Mice implanted with false memories by neuroscientists

Neuroscientists from United States and Japan were successful in showing that they can implant false memories in the brains of genetically modified mice. Scientists at the Riken-M.I.T Center for Neural Circuit Genetics at the Massachusetts Institute of Technology say that they have created a false memory in mice that provide ample proof of knowing about false memory formation. False memories in human beings are a major problem occurring in people by remembering experiences or situations that had never happened. False memories create hindrances with witness statements during court trials.

It is usually observed that defendants have often been convicted with witness statements in courts of law. They have often been convicted of offences based on eyewitnesses’ testimony only to have convictions later overturned when DNA or some other corroborating evidence in brought to hear. The false or mistaken memories are common in life and researchers had found it relatively easy to generate false memories of words, images in human subjects. However, there is still a mystery about what goes on in the brain when mistaken memories are formed.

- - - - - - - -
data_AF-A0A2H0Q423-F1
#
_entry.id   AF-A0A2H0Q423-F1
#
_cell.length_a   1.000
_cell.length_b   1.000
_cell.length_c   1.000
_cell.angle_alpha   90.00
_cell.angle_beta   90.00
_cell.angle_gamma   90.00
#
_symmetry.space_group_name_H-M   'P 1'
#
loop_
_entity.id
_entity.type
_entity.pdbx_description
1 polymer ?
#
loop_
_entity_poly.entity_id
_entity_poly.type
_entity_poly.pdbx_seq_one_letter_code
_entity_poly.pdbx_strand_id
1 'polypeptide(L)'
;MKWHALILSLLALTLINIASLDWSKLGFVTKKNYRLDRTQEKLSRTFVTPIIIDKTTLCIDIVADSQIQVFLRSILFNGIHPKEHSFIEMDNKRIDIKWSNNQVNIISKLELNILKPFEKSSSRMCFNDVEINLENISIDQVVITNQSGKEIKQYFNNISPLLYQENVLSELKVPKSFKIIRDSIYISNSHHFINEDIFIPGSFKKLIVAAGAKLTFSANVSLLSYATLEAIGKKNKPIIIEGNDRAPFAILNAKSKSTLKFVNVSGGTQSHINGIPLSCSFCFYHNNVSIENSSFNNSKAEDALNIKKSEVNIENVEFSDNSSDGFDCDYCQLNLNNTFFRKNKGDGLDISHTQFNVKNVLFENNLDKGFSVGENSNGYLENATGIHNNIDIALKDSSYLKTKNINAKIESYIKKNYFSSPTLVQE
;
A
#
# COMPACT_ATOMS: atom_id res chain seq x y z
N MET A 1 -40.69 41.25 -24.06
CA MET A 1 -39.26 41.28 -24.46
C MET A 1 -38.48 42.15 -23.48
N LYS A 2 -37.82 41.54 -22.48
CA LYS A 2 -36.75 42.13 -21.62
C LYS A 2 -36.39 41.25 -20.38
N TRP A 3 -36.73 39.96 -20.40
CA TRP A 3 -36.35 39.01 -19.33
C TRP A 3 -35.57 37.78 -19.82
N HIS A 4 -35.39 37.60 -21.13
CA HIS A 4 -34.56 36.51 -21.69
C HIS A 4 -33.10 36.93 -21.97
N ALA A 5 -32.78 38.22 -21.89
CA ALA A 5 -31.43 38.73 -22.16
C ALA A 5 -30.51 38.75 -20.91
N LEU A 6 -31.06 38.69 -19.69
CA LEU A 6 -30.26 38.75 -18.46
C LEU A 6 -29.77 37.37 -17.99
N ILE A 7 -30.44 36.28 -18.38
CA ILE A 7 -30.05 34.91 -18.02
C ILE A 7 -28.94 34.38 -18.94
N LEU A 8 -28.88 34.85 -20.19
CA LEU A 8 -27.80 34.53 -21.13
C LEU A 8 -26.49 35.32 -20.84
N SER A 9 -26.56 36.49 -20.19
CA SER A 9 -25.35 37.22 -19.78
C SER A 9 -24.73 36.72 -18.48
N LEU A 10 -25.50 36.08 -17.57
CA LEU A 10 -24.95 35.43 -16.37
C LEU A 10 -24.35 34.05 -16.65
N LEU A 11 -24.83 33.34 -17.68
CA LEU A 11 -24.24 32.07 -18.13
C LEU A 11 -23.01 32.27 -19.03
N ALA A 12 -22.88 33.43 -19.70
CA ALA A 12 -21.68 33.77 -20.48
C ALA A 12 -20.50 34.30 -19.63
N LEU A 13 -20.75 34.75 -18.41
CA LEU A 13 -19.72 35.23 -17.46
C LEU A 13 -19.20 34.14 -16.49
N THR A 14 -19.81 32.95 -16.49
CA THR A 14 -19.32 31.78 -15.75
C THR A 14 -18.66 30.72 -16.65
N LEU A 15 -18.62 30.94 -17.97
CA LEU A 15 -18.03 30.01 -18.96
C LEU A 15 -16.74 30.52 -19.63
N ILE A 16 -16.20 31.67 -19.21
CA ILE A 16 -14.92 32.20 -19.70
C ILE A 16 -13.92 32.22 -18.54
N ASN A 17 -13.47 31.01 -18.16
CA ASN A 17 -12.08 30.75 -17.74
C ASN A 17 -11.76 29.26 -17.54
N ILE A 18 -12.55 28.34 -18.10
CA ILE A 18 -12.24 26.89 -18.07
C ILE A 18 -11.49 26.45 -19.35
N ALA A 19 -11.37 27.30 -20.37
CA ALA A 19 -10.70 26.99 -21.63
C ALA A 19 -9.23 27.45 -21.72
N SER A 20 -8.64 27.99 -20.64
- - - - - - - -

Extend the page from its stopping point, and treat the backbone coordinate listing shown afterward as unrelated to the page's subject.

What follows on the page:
In order to study how false memories might form in human brain, Susumu Tonagawa –a neurologist at the Massachusetts Institute of Technology and his team encoded the memories in mice brains by manipulating individual neurons. The results of their research are described in the latest edition of the Journal Science. In their work, Tonagawa’s team used the technique known as optogenetics that allows the fine control of individual cells. They engineered the brain cells in the mouse hippocampus, a part of the brain that is known to have a role in forming memories to express the gene for protein called channelrhodospin.

When cells that contain channelrhodopsin are exposed to blue light, they became activated. The researchers modified the hippocampus cells for the purpose of channelrhodospin protein that would be produced in whichever brain cells the mouse was using to encode memory engrams. The experiment with numerous variations carried on mice was followed up for three successive days that showed mice acting on a false memory of electric shock that they remembered being shocked in first environment or day something that never happened. The mouse model created by MIT team will help scientists in asking and delving on even more complex questions about the memories in people. It is believed that as the mechanisms of memory formation are almost equal in mice and humans, it would help scientists in associating what would happen to human minds with bad or good high variance ongoing events.

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